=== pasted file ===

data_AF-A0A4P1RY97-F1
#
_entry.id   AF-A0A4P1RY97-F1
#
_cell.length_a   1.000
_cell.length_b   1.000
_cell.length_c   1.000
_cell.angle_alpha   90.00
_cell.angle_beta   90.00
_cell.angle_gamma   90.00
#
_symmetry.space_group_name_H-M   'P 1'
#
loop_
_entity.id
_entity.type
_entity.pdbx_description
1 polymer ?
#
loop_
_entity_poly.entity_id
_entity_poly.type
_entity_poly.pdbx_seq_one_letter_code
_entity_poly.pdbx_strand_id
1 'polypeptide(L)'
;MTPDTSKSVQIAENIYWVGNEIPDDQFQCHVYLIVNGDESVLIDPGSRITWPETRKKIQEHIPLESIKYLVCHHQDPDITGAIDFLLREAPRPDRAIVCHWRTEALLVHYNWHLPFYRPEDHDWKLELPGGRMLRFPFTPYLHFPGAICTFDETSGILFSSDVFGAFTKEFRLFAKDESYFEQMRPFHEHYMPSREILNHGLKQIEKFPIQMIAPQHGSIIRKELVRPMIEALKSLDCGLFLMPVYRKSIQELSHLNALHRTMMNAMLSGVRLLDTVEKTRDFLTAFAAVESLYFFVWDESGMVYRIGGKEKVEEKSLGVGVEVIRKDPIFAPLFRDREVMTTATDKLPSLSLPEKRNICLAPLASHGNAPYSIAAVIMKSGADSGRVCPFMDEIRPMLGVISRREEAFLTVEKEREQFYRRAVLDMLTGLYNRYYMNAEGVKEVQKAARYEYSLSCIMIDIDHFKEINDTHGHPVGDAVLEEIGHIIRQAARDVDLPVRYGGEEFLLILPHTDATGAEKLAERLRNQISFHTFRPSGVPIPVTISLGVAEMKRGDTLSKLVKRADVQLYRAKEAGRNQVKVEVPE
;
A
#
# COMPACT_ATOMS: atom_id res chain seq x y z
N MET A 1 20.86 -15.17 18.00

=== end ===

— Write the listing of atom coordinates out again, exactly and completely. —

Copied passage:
data_AF-A0A4P1RY97-F1
#
_entry.id   AF-A0A4P1RY97-F1
#
_cell.length_a   1.000
_cell.length_b   1.000
_cell.length_c   1.000
_cell.angle_alpha   90.00
_cell.angle_beta   90.00
_cell.angle_gamma   90.00
#
_symmetry.space_group_name_H-M   'P 1'
#
loop_
_entity.id
_entity.type
_entity.pdbx_description
1 polymer ?
#
loop_
_entity_poly.entity_id
_entity_poly.type
_entity_poly.pdbx_seq_one_letter_code
_entity_poly.pdbx_strand_id
1 'polypeptide(L)'
;MTPDTSKSVQIAENIYWVGNEIPDDQFQCHVYLIVNGDESVLIDPGSRITWPETRKKIQEHIPLESIKYLVCHHQDPDITGAIDFLLREAPRPDRAIVCHWRTEALLVHYNWHLPFYRPEDHDWKLELPGGRMLRFPFTPYLHFPGAICTFDETSGILFSSDVFGAFTKEFRLFAKDESYFEQMRPFHEHYMPSREILNHGLKQIEKFPIQMIAPQHGSIIRKELVRPMIEALKSLDCGLFLMPVYRKSIQELSHLNALHRTMMNAMLSGVRLLDTVEKTRDFLTAFAAVESLYFFVWDESGMVYRIGGKEKVEEKSLGVGVEVIRKDPIFAPLFRDREVMTTATDKLPSLSLPEKRNICLAPLASHGNAPYSIAAVIMKSGADSGRVCPFMDEIRPMLGVISRREEAFLTVEKEREQFYRRAVLDMLTGLYNRYYMNAEGVKEVQKAARYEYSLSCIMIDIDHFKEINDTHGHPVGDAVLEEIGHIIRQAARDVDLPVRYGGEEFLLILPHTDATGAEKLAERLRNQISFHTFRPSGVPIPVTISLGVAEMKRGDTLSKLVKRADVQLYRAKEAGRNQVKVEVPE
;
A
#
# COMPACT_ATOMS: atom_id res chain seq x y z
N MET A 1 20.86 -15.17 18.00